87 18.12.2018

The lithium-ion batteries have been around for ages. The first commercial product came back in 1991 thanks to Sony and Asahi Kasei. At that time, they were competing with NiCd (Nickel-cadmium), NiMH (Nickel-metal hydride) and more. But quickly they managed to become the one and only option for all manufacturers. Why haven’t there been any new technologies that can replace the lithium-ion batteries?

Actually, there have been at least a few new techs that really need our attention. Many of them are in their development stage and are not ready for the market yet. The new battery options have to prove that they have at least one better parameter – faster charging, bigger capacity, smaller size, generally safer. And on top of better performance, they need to have a competitive price, so that the manufacturers can choose them instead of lithium-ion batteries.

Graphene battery

We have already heard about graphene batteries. For many years, in fact. They are supposed to have greater higher capacity, be charged a lot more quickly, be lighter, flexible and with a higher temperature range. How good are they actually? We might find out very soon. In a recent post on Twitter (22.10.2018), Samsung Mobile clamed they’d finished the development of graphene batteries. This means that we can expect them to hit the spot light very soon, maybe in the next 1 to 5 years.

Lithium-sulfur battery

Lithium-sulfur batteries had many problems throughout the process of reaching the market. Since sulfur is not a highly conductive material, the batteries would expand during charging, and the electrodes would get damaged in the process. The lithium-sulfur batteries are ready for the market, and we can expect them in the next 1 to 5 years. They are lighter with up to 7 times better energy density than the current lithium-ion ones. They will be used in drones and aviation, although they will find more application in electric vehicles. Their downside is the higher price.

Zinc-oxide battery

Zinc-oxide batteries are not stable enough yet which makes them rather dangerous at this point. Current research shows that after 100-150 cycles, the batteries loose half of their capacity. Although they require some more time for development, zinc-oxide batteries are lighter (x3 or x4 times) than the lead-acid batteries that are used in cars. They may get into production in 1 to 3 years.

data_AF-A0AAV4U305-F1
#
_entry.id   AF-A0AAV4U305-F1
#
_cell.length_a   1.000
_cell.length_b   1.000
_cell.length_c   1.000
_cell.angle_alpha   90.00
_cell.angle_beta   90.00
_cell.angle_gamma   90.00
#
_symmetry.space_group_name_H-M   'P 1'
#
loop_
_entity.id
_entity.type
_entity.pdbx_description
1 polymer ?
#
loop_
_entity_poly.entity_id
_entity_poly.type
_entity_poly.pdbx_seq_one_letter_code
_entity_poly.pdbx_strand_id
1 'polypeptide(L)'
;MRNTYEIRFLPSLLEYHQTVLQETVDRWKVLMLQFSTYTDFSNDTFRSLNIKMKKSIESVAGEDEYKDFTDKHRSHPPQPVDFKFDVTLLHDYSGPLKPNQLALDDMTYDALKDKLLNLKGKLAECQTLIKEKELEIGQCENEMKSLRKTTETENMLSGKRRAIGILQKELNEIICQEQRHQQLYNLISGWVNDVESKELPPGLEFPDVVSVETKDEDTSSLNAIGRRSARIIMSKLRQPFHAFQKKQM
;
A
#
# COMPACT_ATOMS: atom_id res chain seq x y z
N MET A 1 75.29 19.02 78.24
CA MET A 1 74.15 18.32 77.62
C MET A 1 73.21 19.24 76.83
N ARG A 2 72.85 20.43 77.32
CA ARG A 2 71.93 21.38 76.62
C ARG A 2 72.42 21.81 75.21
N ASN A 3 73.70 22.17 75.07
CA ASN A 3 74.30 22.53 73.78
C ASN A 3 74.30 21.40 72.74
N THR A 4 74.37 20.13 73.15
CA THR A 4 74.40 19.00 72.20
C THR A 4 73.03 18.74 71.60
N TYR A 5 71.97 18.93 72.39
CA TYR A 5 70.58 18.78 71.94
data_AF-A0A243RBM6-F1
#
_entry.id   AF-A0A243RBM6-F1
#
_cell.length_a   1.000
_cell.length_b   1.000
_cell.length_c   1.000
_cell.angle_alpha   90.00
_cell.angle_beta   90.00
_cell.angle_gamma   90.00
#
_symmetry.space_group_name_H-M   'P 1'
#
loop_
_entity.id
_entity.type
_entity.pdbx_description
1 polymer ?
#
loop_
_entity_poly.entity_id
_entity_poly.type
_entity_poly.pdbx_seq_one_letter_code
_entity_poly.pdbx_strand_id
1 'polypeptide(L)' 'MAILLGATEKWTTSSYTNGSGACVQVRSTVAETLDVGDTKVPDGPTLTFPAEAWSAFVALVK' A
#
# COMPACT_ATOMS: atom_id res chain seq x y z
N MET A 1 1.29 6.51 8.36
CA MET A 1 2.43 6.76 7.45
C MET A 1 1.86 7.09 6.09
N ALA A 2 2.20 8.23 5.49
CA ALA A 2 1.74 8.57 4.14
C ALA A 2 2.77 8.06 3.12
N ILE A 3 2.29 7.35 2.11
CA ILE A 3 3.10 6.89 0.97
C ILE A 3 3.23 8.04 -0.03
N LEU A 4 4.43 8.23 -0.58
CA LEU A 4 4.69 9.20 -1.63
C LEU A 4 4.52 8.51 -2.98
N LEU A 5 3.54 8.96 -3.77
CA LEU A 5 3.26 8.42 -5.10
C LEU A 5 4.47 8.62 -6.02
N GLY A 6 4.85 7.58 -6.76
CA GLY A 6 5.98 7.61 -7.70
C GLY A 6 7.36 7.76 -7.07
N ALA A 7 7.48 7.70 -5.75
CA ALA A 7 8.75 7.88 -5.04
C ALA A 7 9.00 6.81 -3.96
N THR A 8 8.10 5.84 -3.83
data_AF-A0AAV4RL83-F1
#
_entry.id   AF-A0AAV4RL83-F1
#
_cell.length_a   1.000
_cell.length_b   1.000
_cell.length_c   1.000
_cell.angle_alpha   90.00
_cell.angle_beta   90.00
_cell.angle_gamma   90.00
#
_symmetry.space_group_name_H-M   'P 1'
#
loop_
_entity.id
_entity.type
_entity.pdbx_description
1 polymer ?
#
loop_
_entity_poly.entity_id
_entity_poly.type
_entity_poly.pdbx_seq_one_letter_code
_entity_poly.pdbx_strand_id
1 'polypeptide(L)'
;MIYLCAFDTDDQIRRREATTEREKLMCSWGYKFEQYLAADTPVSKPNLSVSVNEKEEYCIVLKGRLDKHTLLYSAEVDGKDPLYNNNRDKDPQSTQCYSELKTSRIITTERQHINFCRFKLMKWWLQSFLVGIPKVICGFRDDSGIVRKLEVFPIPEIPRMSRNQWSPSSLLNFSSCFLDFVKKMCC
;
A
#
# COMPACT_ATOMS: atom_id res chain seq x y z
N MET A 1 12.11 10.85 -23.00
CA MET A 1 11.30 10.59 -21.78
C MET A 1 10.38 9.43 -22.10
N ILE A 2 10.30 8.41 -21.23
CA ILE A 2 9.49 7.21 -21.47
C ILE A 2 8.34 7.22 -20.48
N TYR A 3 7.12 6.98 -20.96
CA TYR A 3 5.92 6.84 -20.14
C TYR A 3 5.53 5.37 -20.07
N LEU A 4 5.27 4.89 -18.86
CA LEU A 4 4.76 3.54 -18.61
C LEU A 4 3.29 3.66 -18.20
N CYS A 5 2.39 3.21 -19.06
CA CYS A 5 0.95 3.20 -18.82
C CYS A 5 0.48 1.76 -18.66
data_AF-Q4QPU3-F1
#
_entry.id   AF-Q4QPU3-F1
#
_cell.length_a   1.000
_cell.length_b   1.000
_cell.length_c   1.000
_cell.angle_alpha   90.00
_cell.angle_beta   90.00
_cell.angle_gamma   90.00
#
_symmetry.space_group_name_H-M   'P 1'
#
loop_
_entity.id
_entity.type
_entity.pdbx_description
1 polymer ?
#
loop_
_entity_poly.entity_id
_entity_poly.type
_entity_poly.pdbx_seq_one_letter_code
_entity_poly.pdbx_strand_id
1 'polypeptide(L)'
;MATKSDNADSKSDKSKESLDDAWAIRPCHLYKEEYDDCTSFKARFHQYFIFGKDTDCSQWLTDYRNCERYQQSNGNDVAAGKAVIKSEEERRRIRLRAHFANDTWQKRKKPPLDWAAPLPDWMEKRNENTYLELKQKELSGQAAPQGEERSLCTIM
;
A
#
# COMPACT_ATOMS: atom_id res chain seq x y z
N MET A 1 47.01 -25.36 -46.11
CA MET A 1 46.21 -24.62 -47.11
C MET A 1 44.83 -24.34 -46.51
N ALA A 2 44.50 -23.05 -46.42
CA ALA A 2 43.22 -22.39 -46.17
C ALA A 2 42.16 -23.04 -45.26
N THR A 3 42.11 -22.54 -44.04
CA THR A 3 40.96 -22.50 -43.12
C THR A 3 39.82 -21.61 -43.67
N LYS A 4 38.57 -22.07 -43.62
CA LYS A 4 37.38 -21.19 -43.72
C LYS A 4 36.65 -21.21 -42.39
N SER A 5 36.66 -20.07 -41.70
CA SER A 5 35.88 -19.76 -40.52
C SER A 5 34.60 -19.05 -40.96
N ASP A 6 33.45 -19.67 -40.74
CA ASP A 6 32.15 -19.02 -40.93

Solid-state battery

In the Solid-state batteries both the electrodes and the electrolytes are solid. There are no liquid or polymer electrolytes like in the lithium-ion or lithium polymer ones. That makes them safer, with lower possibility to burn in flames.

These batteries should have better energy density. They should also allow for faster charging due to the possibility of using higher voltage.

Solid-state batteries are still not on the market, but there are different startups that are working on bringing them to consumers.
Expect them in 10 to 15 years.

Sodium battery

Sodium-ion batteries can be a much cheaper alternative to the lithium-ion. They may turn out to be one of the lightest options, 7 times lighter than the graphite batteries and equal in size. There are different universities like the University of Cambridge and the University of Birmingham, which are researching this option, but they are at a very initial stage. Sodium batteries might never see the light.

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